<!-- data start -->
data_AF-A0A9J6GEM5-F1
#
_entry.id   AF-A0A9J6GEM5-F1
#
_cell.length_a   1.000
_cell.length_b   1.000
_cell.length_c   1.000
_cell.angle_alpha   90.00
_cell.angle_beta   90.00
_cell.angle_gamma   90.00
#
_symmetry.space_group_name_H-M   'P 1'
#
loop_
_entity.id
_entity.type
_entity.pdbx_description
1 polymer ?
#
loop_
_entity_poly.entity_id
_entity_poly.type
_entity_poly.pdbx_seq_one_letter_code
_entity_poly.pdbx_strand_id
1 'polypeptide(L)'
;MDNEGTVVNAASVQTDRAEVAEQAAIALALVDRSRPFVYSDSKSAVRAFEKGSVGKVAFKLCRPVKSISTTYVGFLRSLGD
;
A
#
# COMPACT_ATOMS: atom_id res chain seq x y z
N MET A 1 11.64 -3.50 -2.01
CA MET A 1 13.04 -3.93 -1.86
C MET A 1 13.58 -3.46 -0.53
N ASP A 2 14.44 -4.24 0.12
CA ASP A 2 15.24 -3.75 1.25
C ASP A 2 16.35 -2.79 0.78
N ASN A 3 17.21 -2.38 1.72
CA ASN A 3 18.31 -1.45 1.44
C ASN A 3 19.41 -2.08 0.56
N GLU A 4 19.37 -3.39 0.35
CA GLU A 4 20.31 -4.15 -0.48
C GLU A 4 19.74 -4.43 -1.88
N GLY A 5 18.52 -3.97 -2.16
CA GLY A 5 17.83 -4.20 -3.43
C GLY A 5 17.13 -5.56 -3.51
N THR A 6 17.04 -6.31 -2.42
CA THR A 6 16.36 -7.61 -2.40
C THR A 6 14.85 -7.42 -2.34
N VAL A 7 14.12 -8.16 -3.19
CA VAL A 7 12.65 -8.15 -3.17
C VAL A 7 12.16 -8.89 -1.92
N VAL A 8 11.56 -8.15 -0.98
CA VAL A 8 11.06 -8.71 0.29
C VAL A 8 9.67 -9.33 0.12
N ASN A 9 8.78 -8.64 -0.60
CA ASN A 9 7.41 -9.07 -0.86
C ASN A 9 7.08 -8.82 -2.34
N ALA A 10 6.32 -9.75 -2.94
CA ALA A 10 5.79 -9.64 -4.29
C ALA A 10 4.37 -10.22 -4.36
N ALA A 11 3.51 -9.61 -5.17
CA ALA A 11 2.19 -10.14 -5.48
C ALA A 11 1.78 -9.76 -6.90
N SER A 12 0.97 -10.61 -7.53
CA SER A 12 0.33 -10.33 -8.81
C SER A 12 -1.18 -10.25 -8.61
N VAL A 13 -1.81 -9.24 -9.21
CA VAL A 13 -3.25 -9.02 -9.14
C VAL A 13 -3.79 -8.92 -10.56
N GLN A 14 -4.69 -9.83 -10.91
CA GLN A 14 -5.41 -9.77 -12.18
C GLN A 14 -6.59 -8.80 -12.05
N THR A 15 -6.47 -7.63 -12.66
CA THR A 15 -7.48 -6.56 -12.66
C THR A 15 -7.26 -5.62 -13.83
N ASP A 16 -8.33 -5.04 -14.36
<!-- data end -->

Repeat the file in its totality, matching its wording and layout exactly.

data_AF-A0A9J6GEM5-F1
#
_entry.id   AF-A0A9J6GEM5-F1
#
_cell.length_a   1.000
_cell.length_b   1.000
_cell.length_c   1.000
_cell.angle_alpha   90.00
_cell.angle_beta   90.00
_cell.angle_gamma   90.00
#
_symmetry.space_group_name_H-M   'P 1'
#
loop_
_entity.id
_entity.type
_entity.pdbx_description
1 polymer ?
#
loop_
_entity_poly.entity_id
_entity_poly.type
_entity_poly.pdbx_seq_one_letter_code
_entity_poly.pdbx_strand_id
1 'polypeptide(L)'
;MDNEGTVVNAASVQTDRAEVAEQAAIALALVDRSRPFVYSDSKSAVRAFEKGSVGKVAFKLCRPVKSISTTYVGFLRSLGD
;
A
#
# COMPACT_ATOMS: atom_id res chain seq x y z
N MET A 1 11.64 -3.50 -2.01
CA MET A 1 13.04 -3.93 -1.86
C MET A 1 13.58 -3.46 -0.53
N ASP A 2 14.44 -4.24 0.12
CA ASP A 2 15.24 -3.75 1.25
C ASP A 2 16.35 -2.79 0.78
N ASN A 3 17.21 -2.38 1.72
CA ASN A 3 18.31 -1.45 1.44
C ASN A 3 19.41 -2.08 0.56
N GLU A 4 19.37 -3.39 0.35
CA GLU A 4 20.31 -4.15 -0.48
C GLU A 4 19.74 -4.43 -1.88
N GLY A 5 18.52 -3.97 -2.16
CA GLY A 5 17.83 -4.20 -3.43
C GLY A 5 17.13 -5.56 -3.51
N THR A 6 17.04 -6.31 -2.42
CA THR A 6 16.36 -7.61 -2.40
C THR A 6 14.85 -7.42 -2.34
N VAL A 7 14.12 -8.16 -3.19
CA VAL A 7 12.65 -8.15 -3.17
C VAL A 7 12.16 -8.89 -1.92
N VAL A 8 11.56 -8.15 -0.98
CA VAL A 8 11.06 -8.71 0.29
C VAL A 8 9.67 -9.33 0.12
N ASN A 9 8.78 -8.64 -0.60
CA ASN A 9 7.41 -9.07 -0.86
C ASN A 9 7.08 -8.82 -2.34
N ALA A 10 6.32 -9.75 -2.94
CA ALA A 10 5.79 -9.64 -4.29
C ALA A 10 4.37 -10.22 -4.36
N ALA A 11 3.51 -9.61 -5.17
CA ALA A 11 2.19 -10.14 -5.48
C ALA A 11 1.78 -9.76 -6.90
N SER A 12 0.97 -10.61 -7.53
CA SER A 12 0.33 -10.33 -8.81
C SER A 12 -1.18 -10.25 -8.61
N VAL A 13 -1.81 -9.24 -9.21
CA VAL A 13 -3.25 -9.02 -9.14
C VAL A 13 -3.79 -8.92 -10.56
N GLN A 14 -4.69 -9.83 -10.91
CA GLN A 14 -5.41 -9.77 -12.18
C GLN A 14 -6.59 -8.80 -12.05
N THR A 15 -6.47 -7.63 -12.66
CA THR A 15 -7.48 -6.56 -12.66
C THR A 15 -7.26 -5.62 -13.83
N ASP A 16 -8.33 -5.04 -14.36